The Fall Of Man

The Fall Of Man is a reinvention of Milton’s Paradise Lost, set in a bedsit in 2006. It tells the story of an Eastern European woman who has come to England to work for a couple, primarily assisting the wife and looking after the children. She and the husband embark upon an affair which develops throughout the play. Initially, it appears to be a standard story of a man taking advantage of a naïve, vulnerable woman but as it unfolds we learn more about their motives and desires and it becomes less clear who is taking advantage of whom.Most of the action takes place in or on the bed in the bedsit, with strong language, nudity and sexual situations. The audience surrounds the stage on three sides and is very close, giving a strong sense of immediacy and reality to the performances. It feels like we’re eavesdropping on something very private and intense.Both actors are extremely good, giving strong, realistic performances. There is no sense of playing to the audience; they could almost be alone in a claustrophobic bedsit.Interspersed with the story are short readings from Paradise Lost. For me, this does not work so well, probably because I’ve never read it, and I’m not sure that it adds a great deal to the performances. Even so, the play is worth seeing for its strong storyline and excellent acting.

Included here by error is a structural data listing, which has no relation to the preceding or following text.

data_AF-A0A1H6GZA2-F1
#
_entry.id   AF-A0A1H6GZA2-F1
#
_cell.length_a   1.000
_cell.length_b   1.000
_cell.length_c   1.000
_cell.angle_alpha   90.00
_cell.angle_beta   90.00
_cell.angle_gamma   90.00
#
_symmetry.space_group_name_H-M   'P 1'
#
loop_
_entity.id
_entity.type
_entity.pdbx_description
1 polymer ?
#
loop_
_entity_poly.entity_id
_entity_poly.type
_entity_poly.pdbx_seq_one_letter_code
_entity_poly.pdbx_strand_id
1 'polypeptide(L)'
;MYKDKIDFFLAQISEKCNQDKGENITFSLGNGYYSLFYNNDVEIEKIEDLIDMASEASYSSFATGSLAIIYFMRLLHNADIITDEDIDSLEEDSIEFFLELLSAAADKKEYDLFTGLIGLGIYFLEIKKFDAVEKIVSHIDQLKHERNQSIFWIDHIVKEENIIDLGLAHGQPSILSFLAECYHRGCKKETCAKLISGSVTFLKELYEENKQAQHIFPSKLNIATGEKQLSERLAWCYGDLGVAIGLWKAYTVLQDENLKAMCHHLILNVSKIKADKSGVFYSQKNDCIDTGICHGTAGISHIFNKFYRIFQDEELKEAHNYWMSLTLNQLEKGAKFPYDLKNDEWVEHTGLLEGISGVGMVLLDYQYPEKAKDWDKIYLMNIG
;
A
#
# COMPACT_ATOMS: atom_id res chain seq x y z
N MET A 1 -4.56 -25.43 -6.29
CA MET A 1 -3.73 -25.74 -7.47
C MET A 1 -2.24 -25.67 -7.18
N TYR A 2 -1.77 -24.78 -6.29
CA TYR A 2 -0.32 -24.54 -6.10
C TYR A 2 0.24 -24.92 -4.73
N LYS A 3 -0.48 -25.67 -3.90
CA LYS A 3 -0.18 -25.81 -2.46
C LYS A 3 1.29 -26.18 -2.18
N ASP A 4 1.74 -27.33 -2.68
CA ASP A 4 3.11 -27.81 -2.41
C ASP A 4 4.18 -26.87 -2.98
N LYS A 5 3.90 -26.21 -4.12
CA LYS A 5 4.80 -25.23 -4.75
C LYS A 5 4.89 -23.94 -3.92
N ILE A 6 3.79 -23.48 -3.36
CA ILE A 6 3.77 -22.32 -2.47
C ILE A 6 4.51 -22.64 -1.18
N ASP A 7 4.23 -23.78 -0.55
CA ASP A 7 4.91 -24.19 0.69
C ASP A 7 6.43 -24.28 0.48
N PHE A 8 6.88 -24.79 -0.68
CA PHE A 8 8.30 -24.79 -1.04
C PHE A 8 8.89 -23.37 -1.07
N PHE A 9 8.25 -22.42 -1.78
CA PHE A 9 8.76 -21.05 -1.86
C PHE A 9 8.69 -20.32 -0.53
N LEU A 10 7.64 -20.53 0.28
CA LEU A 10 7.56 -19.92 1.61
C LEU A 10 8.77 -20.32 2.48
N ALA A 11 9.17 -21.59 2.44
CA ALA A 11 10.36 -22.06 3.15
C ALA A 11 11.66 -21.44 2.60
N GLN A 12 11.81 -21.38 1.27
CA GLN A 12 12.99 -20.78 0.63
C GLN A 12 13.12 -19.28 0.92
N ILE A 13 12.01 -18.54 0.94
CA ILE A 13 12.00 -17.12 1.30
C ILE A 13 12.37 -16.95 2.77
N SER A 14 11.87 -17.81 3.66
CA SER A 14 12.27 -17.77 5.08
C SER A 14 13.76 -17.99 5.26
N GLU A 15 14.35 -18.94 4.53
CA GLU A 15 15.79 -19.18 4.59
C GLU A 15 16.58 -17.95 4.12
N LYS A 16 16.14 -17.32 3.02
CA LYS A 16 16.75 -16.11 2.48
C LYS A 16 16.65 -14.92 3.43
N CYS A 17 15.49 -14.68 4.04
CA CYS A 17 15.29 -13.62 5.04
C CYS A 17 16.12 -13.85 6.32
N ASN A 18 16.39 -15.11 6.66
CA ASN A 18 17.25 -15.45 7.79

Reviews by Alan Chorley

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The Blurb

Fringe First winners' welcome return with startling reinvention of 'Paradise Lost' in a bedsit. 2006: 'the real thing' (Guardian); 'perfection, heartstopping' (EdinburghGuide.com); 'the best' (British Theatre Guide); 'full frontal assault' (Metro); 'hard-edged, relentless theatre' (Scotsman).

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